A Florida jury has found Tarmac America, a company that sold metal plates, liable for $1.7 million for an accident in which one of the plates fell off a truck, hit a car and killed a passenger. The company was held liable in a wrongful death suit even though it didn’t own the truck, which was never identified. Police investigated the accident, but closed the case without finding the truck or determining who manufactured the metal plates. The plaintiff’s lawyer, Marc Wites of Wites & Kapetan in Lighthouse Point, Florida, conducted his own investigation and subpoenaed a number of companies to track down the origin of the plates. As you will see, he did a very good job in this case.
At trial, the lawyer relied mainly on a video surveillance tape of various trucks that came through the Defendant’s company that day and revealed how the trucks were loaded. While he never identified the truck that carried the metal plate that killed the Plaintiff, the videos showed the company hadn’t properly packaged the cargo on the trucks. The Defense took the position that it only sold the metal plates and that it was the duty of the trucker to secure the load.
The metal plate at issue was shaped like a 34-pound cookie sheet and was used for making concrete blocks. One of the plates fell off a truck on I-95 in South Palm Beach, went through the windshield of a car and struck the passenger. Claudia Avila, a 43-year-old mother of three, died several weeks later. The plates were so rare that only a few companies used them. The metal plates were placed in two stacks of 50 plates per stack, and were secured to a wooden pallet with metal straps. At trial, it was argued by the Plaintiff’s lawyer that either the plates were not properly secured to the wooden pallet or the straps were not strong enough to secure the stacks. The Plaintiff’s trucking expert testified that the metal strapping was not adequate.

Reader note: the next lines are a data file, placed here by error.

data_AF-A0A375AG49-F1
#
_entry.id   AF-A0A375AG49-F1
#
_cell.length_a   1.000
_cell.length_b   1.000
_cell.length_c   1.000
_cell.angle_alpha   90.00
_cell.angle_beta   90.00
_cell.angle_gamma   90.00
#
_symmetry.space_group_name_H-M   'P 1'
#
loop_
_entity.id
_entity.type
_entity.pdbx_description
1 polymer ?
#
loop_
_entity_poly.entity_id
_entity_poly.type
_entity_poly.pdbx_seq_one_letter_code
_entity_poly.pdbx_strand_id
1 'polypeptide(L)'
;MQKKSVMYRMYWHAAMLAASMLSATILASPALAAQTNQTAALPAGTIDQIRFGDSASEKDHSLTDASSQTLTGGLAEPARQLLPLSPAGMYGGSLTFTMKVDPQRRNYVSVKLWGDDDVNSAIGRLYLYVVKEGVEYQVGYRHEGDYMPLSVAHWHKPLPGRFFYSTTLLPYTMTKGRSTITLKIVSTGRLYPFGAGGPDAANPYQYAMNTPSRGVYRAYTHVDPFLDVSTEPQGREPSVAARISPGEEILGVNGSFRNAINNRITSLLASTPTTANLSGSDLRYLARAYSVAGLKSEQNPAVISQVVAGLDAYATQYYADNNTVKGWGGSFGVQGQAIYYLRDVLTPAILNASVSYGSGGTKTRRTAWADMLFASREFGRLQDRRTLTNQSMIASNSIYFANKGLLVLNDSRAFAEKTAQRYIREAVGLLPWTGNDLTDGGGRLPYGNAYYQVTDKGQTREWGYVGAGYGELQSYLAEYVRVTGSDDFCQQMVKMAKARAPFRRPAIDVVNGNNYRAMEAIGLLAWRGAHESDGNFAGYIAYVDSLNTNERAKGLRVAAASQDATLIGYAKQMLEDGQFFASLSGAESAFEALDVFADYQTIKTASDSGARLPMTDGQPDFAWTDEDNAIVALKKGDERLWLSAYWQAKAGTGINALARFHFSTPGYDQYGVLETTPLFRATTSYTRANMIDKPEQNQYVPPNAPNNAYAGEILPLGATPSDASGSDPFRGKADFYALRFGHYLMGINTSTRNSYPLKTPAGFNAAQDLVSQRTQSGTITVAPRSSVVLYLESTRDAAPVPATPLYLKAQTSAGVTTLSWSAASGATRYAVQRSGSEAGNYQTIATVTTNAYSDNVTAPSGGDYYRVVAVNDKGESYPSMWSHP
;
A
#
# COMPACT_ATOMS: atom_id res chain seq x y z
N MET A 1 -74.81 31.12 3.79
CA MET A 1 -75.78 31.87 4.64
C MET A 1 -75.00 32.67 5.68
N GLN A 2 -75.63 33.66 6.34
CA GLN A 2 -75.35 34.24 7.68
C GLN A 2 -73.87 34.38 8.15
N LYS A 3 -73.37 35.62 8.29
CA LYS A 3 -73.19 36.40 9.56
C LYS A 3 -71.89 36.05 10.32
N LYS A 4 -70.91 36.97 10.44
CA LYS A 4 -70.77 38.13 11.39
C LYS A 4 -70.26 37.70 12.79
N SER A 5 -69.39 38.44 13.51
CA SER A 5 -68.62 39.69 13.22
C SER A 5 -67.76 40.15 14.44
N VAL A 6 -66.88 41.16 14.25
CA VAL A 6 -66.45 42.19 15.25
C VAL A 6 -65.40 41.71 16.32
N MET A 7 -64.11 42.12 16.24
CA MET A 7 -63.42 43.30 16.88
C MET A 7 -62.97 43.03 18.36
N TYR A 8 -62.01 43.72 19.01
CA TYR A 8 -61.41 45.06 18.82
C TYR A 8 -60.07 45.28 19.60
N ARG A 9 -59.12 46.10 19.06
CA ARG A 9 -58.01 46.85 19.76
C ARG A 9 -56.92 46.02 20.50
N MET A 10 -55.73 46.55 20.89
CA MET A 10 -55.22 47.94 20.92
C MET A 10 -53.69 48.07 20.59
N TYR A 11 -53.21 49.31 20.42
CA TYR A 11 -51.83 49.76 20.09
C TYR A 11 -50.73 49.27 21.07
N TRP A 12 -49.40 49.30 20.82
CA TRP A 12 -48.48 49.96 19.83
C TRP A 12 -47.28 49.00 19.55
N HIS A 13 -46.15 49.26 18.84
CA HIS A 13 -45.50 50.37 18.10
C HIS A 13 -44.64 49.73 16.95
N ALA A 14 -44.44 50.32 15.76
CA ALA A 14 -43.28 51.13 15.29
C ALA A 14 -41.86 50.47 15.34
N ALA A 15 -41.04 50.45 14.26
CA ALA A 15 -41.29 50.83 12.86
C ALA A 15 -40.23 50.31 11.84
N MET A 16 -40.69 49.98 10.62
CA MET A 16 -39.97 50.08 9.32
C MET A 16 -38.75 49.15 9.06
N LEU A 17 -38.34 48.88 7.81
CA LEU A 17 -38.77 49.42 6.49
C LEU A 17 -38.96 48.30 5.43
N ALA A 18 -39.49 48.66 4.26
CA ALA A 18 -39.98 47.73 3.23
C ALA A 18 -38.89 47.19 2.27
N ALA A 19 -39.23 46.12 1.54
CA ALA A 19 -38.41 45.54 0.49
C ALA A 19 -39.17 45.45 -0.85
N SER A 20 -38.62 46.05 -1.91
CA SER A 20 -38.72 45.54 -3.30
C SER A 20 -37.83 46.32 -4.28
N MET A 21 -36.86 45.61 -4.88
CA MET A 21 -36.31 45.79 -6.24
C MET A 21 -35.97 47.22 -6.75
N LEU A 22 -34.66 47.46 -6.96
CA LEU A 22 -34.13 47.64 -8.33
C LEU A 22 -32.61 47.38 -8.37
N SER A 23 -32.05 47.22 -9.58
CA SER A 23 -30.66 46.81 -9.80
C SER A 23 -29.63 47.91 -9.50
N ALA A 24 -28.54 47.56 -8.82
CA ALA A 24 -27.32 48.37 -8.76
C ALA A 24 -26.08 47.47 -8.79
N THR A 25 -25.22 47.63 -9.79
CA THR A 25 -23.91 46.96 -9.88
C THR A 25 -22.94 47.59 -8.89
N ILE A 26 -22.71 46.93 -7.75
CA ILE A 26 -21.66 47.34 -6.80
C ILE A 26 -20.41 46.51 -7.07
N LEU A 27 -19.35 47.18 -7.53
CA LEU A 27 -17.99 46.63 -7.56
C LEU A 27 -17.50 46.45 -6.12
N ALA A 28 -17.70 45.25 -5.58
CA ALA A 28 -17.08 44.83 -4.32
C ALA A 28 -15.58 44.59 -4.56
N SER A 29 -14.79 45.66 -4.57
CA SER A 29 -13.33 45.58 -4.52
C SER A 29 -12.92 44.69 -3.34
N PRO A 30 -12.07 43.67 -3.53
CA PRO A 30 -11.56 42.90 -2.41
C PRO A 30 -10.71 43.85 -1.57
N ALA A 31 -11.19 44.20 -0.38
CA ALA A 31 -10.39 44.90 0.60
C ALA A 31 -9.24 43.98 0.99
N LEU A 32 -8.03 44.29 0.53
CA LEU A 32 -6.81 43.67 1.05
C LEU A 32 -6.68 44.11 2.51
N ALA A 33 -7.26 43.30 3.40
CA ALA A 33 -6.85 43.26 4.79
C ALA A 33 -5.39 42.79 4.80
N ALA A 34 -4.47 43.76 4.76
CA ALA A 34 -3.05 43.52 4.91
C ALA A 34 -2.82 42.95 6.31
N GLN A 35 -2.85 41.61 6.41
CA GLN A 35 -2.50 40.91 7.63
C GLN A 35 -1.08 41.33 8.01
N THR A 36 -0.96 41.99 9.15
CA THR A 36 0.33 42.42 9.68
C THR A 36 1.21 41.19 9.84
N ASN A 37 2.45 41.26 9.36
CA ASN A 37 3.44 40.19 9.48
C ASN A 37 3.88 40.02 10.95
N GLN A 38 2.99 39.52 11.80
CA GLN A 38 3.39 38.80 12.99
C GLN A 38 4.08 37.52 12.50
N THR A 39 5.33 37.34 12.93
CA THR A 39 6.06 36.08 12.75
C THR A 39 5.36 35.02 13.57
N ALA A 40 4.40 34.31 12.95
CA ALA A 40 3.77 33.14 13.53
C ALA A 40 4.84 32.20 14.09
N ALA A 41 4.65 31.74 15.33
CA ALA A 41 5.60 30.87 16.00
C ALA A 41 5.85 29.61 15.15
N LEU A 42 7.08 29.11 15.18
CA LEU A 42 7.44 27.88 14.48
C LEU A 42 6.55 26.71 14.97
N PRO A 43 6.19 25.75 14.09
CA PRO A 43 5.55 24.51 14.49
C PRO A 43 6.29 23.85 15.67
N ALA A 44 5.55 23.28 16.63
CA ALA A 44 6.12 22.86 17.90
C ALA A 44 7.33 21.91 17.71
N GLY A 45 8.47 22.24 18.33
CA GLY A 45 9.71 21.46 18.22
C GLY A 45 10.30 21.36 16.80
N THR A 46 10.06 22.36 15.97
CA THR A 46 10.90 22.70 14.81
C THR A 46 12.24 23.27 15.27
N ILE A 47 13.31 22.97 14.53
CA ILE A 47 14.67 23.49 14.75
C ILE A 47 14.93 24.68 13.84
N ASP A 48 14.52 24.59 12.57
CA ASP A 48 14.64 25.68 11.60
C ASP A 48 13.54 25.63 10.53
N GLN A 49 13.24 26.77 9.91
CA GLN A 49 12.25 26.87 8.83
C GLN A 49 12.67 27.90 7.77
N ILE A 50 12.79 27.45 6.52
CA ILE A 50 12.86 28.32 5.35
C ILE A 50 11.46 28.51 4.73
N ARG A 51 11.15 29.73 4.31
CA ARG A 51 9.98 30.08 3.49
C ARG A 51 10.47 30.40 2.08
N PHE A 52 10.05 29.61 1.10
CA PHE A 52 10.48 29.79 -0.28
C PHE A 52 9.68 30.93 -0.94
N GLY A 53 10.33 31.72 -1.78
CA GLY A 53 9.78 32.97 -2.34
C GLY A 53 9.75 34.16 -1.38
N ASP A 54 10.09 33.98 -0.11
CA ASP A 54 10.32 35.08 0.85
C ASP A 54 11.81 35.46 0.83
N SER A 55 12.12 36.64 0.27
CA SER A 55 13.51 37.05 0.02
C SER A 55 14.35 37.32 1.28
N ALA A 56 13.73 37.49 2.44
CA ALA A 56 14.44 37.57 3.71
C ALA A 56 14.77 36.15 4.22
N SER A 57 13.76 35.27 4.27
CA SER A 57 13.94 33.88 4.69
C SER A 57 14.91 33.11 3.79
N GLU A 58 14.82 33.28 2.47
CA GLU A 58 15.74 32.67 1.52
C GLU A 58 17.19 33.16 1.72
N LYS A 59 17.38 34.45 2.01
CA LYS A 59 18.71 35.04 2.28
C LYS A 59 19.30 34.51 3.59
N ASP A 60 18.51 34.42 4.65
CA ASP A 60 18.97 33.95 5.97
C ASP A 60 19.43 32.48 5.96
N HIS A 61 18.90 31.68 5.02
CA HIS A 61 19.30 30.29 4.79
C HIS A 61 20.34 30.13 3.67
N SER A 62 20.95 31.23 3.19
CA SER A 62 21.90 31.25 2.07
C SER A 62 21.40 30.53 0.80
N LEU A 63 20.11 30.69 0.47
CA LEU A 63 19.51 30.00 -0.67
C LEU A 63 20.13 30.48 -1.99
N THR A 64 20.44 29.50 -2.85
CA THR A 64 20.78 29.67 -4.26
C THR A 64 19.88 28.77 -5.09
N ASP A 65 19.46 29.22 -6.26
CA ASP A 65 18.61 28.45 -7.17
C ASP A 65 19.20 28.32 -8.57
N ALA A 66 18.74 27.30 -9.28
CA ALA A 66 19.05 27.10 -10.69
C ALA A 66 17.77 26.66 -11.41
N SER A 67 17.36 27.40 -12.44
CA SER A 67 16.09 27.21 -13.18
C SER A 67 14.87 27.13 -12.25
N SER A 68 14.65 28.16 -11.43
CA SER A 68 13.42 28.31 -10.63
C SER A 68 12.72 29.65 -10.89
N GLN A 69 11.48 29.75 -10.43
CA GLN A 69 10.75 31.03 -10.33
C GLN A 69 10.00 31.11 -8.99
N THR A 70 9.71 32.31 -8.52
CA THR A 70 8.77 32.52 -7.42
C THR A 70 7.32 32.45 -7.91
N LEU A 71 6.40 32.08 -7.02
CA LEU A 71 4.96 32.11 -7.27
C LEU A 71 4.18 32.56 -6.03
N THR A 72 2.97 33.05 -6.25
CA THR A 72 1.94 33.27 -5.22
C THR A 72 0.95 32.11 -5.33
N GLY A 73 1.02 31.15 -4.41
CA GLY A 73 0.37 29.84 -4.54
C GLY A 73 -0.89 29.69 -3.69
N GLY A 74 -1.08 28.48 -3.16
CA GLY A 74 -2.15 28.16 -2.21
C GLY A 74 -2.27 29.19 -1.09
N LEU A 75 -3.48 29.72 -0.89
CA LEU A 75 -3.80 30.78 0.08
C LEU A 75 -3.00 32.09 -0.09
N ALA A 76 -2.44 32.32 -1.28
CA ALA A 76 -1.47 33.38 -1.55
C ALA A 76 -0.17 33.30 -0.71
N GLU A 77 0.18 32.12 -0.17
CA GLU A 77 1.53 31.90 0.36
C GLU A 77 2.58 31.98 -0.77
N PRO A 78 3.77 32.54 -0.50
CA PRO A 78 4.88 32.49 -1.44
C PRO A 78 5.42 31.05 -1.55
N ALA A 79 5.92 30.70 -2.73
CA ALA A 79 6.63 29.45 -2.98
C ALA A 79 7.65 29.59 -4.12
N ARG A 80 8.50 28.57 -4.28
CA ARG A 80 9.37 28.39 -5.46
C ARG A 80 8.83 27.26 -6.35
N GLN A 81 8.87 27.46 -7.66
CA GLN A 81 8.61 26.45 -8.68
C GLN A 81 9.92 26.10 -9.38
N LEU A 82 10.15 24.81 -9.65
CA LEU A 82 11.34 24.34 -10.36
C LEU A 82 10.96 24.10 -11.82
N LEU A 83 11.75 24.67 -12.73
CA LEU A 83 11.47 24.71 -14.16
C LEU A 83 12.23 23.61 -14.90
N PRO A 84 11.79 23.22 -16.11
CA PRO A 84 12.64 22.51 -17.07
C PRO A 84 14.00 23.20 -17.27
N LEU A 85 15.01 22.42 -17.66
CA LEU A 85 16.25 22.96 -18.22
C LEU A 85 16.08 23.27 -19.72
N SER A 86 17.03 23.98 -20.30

Prior to trial, settlements had been made with the trucking company, EM Transfer, and IGM, the scrap metal company that purchased the metal plates. After an eight-day trial, the jury awarded a total of $6 million and apportioned 28% of the fault to the Defendant – totaling $1.7 million – with the remainder being assessed to the trucking company. Marc Wites’ pretrial strategy was the key to the successful result in the case.
Source: Associated Press
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